Australian Prime Minister Scott Morrison says New Zealand and Australia face “common threats” to the regional security of the Indo-Pacific region.
“We have some very serious times that we’re living in, not just from a health point of view but obviously from a regional security point of view,” Morrison said in his opening remarks at bilateral talks in Queenstown with Prime Minister Jacinda Ardern.
“I really appreciate the direct personal relationship and dialogue we’ve had. That will only continue because we have common challenges. There are common threats.”
Morrison didn’t name China.
“All of us have a big stake in ensuring a world that favours freedom and a free and open Indo-Pacific.
“The broader issue of a free and open Indo-Pacific is something Australia and New Zealand feels very strongly about, and working with out like-minded partners all around the world – the US and the UK, across Europe, Japan, India.
“With those issues all on the table today, we should move on and get on with it.”
Ardern used her opening remarks to stress the closeness of the transtasman relationship.
“Your grandfather hailing from Ashburton, my great grandfather from Sydney, Clarke’s grandmother from Perth – when we talk about Australia and New Zealand being family, being whanau, we actually mean it quite literally as much as we mean it symbolically.”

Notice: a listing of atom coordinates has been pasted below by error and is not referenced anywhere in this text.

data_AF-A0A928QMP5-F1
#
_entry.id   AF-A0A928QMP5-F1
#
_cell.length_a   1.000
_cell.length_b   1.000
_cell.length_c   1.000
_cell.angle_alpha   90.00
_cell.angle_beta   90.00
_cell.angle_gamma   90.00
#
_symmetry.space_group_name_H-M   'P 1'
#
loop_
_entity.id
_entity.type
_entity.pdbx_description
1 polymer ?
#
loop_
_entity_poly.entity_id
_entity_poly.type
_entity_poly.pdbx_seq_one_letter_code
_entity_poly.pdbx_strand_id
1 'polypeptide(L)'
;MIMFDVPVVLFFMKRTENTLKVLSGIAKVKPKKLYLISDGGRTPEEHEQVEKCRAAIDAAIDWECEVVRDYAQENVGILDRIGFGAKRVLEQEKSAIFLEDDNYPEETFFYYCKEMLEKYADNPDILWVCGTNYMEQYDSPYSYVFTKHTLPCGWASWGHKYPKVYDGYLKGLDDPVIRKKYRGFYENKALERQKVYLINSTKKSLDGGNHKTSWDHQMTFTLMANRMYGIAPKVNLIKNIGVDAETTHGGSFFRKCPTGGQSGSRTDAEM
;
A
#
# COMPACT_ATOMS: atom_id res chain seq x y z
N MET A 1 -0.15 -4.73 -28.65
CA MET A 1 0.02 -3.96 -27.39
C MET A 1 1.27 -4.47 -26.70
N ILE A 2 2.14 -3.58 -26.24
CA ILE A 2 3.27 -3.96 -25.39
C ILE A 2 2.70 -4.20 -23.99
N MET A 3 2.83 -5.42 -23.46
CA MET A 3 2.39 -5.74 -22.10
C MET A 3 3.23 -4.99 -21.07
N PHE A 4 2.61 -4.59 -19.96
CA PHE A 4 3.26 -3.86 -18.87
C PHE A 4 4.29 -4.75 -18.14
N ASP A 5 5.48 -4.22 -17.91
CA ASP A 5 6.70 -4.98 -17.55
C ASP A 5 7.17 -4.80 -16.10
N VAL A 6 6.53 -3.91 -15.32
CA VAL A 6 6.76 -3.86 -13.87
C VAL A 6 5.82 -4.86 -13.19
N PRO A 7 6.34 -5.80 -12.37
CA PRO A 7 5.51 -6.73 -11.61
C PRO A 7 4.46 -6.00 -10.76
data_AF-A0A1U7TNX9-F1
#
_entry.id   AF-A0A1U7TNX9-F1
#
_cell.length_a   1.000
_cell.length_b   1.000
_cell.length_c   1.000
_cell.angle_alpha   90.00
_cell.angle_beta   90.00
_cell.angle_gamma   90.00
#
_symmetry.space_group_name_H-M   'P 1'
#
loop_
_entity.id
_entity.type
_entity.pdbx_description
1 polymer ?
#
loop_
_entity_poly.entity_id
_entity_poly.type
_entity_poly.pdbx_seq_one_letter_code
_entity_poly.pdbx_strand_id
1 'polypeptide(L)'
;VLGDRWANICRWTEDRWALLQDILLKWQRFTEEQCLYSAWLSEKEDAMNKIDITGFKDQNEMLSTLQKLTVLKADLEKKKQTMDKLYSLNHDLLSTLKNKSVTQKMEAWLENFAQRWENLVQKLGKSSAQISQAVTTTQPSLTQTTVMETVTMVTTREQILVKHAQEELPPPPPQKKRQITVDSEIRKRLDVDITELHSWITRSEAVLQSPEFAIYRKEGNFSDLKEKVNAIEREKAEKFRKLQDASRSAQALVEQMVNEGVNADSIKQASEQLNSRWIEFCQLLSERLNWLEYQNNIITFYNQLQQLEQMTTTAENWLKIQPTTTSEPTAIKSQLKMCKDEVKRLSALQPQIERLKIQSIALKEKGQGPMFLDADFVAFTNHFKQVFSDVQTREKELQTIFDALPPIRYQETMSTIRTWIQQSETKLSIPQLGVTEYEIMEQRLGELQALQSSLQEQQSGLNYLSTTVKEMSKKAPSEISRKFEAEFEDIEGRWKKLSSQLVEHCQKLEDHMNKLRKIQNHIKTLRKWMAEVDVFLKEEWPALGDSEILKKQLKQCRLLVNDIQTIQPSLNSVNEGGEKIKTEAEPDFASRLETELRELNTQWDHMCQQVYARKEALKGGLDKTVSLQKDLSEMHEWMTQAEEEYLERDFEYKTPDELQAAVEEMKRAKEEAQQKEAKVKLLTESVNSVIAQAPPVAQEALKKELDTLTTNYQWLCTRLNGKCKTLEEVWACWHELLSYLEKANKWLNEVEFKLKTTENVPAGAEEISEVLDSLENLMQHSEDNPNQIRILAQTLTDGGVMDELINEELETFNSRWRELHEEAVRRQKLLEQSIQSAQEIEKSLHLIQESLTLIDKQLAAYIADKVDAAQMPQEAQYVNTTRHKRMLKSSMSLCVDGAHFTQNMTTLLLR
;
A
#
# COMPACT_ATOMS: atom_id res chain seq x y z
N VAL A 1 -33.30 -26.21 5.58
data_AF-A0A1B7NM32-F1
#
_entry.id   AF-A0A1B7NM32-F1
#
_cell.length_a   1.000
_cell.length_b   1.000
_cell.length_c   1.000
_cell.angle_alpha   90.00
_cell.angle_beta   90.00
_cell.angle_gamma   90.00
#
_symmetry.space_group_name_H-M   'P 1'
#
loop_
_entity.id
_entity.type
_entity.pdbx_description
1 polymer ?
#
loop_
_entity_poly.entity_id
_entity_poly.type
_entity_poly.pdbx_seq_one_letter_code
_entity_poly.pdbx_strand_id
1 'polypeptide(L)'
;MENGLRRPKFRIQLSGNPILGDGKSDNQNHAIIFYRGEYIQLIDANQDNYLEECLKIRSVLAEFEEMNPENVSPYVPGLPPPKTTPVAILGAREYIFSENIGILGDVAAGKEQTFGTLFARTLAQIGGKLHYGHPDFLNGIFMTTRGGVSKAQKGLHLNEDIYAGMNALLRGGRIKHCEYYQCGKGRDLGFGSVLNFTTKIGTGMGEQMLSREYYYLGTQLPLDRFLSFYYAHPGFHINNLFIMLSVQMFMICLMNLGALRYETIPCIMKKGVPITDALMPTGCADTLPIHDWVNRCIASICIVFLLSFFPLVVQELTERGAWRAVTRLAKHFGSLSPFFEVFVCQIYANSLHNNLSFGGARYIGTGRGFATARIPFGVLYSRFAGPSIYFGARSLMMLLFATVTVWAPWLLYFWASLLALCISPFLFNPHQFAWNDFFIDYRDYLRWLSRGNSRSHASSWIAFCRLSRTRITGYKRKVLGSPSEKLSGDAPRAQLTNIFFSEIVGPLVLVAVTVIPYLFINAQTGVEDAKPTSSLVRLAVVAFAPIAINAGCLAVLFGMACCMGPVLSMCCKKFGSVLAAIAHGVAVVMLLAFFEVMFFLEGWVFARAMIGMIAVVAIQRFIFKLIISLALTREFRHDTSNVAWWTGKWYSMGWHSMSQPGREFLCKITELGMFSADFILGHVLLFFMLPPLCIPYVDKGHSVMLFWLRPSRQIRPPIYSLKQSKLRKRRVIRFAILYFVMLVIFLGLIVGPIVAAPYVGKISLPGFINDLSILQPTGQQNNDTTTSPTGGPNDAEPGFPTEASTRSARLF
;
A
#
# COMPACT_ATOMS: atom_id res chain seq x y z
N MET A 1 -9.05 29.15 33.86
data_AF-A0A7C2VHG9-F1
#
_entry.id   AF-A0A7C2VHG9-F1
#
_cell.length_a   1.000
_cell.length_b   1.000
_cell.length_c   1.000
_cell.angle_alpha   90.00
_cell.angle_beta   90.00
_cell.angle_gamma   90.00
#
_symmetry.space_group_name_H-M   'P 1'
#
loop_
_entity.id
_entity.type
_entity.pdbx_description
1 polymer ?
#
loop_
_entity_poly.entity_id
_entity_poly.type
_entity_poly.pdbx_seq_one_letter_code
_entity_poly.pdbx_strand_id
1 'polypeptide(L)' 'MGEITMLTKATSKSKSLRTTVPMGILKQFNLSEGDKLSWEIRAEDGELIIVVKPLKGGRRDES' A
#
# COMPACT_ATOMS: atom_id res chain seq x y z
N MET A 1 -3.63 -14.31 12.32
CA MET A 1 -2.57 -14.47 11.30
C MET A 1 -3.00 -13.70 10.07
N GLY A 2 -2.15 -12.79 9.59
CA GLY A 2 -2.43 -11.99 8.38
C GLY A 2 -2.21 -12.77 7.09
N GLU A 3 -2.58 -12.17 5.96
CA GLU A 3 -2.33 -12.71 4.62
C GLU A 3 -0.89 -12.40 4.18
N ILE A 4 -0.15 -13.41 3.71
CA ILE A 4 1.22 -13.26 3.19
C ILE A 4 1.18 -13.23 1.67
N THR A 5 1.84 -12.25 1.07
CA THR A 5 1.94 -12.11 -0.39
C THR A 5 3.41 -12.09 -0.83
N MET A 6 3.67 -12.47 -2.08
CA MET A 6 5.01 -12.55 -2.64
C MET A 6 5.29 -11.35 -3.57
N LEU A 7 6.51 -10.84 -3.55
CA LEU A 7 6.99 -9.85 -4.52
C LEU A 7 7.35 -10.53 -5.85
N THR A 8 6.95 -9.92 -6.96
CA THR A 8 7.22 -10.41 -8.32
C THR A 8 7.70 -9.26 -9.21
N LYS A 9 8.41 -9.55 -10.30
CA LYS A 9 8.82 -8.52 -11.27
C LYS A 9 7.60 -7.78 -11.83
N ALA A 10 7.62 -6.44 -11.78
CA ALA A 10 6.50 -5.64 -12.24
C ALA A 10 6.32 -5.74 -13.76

She said how the region opens up to the world amid an ongoing pandemic would be a topic of discussion.
“The expectation of our people to maintain their safety but also for economic reasons to reopen to the world is a challenge we both face.
“And there’s no other leader in the world I can have that conversation with … we value so much our ability to work through those problems together.”
Morrison and Ardern had free and frank one-on-one talks before the bilateral meeting, which includes a number of officials from both sides.
They will hold a joint press conference this afternoon following the talks.
This morning Morrison, his wife Jenny, Ardern and Clark Gayford attended a wreath-laying ceremony at the Arrowtown War Memorial.
Morrison was asked whether the transtasman relationship was at a low ebb, and replied: “No, not at all.”
Last night 60 Minutes Australia portrayed New Zealand as putting business ahead of decency in its stance on China, which has imposed trade tariffs that have cost Australia at least $49 billion.
Ardern used her media round this morning to point out the joint statements that New Zealand and Australia had issued criticising China’s treatment of the Uighur Muslims and its the controversial changes it made to Hong Kong’s electoral system.
She also stressed New Zealand’s decision to be a third party to an Australia-China trade dispute over barley.
Last night Ardern told a business reception about the importance of New Zealand’s “family ties” with Australia to counter China’s increasing influence in the Pacific.
“In this increasingly complex geo-strategic environment, family is incredibly important, and Australia, you are family.”
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